I didn’t know what I was getting myself into. I didn’t even know who I would be sleeping next to later in the night. I just knew that what I had signed up for was nothing like anything I had ever done. I had to go there. I just had to. My mind was full of hate; diseased with anger and plagued with past memories. I had these voices in my head, and I had to mute them. I had to change.
The day I packed my bags, I was unsure of how I felt. Well, yes it was exhilarating to be going away from home, kind of like an adventure, really. But then again, I had never been on my own before. I have always been a sheltered mouse. I have never nibbled through a sack for myself, and here I was heading to what is said to be the hardest trial of one’s resilience. What the hell is wrong with me?
It was my birthday. I would turn twenty that day. And instead of blowing twenty candles like most people my age, I hurried to go to a secluded place where I had no company but those voices in my head. Oh, and one other voice, S.N. Goenka. I didn’t know then who or what he was. I only knew he was the one that promised peace of mind. As I reached my room, or rather the room I was to share with seven other women I didn’t know, I panicked. I wouldn’t be allowed to talk to anyone of them. Not even a glance, not a touch. No communication, noble silence. “It’s not too late to go back, you know. Tell them you suddenly remembered to do something. This place is NOT for you” cried a voice in my head. But I had already stopped listening. It must have been the air that blew away the worry. Something told me I would be just alright. To quote a fictional IITian, “All is well. All is well.”
Days passed quickly. All that I was asked to do was to sit, close my eyes, and concentrate on my breath. Phsh! What blasphemy! I leave the comfort of my home and the company of my friends and come to this barren secluded place to think about my breath? I wanted out. Two days passed, and I could not have been more impatient. But the funny thing was, those irritating voices were suddenly getting smaller and smaller. My heart wasn’t so unsure anymore. I hated this place, sure. But I was starting to love the silence.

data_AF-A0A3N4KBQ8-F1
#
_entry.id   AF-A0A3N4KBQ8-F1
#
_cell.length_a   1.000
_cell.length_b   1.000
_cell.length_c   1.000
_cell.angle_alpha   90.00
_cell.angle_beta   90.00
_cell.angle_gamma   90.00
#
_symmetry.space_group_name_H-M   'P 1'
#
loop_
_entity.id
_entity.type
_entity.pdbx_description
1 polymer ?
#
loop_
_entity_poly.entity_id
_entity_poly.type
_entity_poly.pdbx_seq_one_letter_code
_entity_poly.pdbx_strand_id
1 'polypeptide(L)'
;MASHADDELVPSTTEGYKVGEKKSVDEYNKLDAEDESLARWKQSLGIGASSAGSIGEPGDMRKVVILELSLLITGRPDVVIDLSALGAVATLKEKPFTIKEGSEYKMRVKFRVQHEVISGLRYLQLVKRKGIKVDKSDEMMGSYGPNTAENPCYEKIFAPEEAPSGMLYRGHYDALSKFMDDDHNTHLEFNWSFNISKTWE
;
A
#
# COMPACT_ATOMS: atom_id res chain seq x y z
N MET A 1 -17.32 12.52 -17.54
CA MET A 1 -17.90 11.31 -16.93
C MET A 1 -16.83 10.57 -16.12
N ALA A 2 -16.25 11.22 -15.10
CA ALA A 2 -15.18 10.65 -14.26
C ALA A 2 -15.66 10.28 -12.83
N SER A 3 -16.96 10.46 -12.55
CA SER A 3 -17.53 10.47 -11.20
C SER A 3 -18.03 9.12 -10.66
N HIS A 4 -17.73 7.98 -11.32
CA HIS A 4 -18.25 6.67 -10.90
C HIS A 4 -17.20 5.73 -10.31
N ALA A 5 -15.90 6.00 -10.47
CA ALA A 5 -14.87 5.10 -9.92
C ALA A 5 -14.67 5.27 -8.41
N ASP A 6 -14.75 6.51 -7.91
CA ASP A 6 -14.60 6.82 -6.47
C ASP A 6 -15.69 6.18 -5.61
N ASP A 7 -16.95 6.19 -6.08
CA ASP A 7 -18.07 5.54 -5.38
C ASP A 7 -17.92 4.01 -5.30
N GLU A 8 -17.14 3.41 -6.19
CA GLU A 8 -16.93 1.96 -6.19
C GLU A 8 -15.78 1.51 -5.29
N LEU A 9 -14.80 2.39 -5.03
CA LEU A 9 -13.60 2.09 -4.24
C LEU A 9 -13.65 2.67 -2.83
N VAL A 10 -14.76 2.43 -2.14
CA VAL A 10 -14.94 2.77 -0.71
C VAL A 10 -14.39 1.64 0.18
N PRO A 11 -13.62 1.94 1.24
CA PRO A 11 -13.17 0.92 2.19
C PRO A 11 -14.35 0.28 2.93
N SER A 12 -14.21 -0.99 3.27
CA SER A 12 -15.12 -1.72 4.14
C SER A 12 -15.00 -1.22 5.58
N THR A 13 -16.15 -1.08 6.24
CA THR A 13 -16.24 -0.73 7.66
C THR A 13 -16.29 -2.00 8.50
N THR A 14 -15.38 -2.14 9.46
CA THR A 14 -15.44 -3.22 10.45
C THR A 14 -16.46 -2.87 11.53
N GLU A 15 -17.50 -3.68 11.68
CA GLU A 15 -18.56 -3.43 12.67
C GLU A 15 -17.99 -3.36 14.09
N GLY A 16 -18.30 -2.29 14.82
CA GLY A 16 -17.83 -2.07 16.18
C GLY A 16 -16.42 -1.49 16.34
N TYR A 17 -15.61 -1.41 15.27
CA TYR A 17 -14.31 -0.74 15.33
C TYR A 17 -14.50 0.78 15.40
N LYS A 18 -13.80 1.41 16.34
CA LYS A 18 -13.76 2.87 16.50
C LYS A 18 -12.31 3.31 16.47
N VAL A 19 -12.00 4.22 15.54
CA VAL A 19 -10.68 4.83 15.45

On the fourth day, we were to be given the ultimate teaching. Oh, I was so ready. But my stomach had a different set of mind, apparently. Half an hour before S.N. Goenka was to give us Vipasanna teaching, I suddenly felt the urgency to take a dump. I looked at the time, certainly I could go and come and no harm would be done. So, I did. The problem is, I am a bit of a constipation patient, and generally it takes me about twenty minutes to complete my job. So, yeah. I barely made it in time. Anyway, I huffed and puffed through five minutes of Vipasanna, and by the time my breath slowed down, so did my mind! I was to concentrate on the different sensations that I felt as I went through each part of my body. Smooth sensations or crass, didn’t matter. All that mattered was that I felt them. I was not to put any desire of affliction towards the feelings. Such is life, we let materialism ruin us. Put our heart on the line, bring out desire when something pleases us and cry of affliction should anything pain us. What Vipasanna taught us was to calm down, and notice that everything that comes must go. Change is constant, and we must simply observe and not entangle our hearts to the illusions of eternity. I was beginning to see how wrong I was.
The rest of my stay was blissful. I was not homesick. I was happy. I was not thinking about the miseries of my life. Somehow they were not miseries. I saw them, I felt them, but I did not feel affected. I was happy, but it was not stagnant. I was enjoying the splashes of joy, as the river splashes stones with its water. I was living.
The tenth day arrived suddenly, and I was not prepared for the farewell. We were allowed to speak now. The strangers that I had been sharing a room for nine days suddenly had names, and I had things to say to them. I was not hiding in my shell anymore. I was talking to people I never knew. I was not mumbling, moreover I was proudly talking!
On the eleventh day we packed our bags and arranged to make our way back home. I was yet to process where the ten days had gone to, because it felt like yesterday that a damsel had entered these gates. Yet I felt completely different, like my clouds had suddenly cleared up, and the rain wasn’t damping me. I felt nothing, yet everything made me smile! I guess my twentieth birthday was a funeral in disguise; the nineteen year old helpless girl I had buried in the foothills of Budhanilkantha.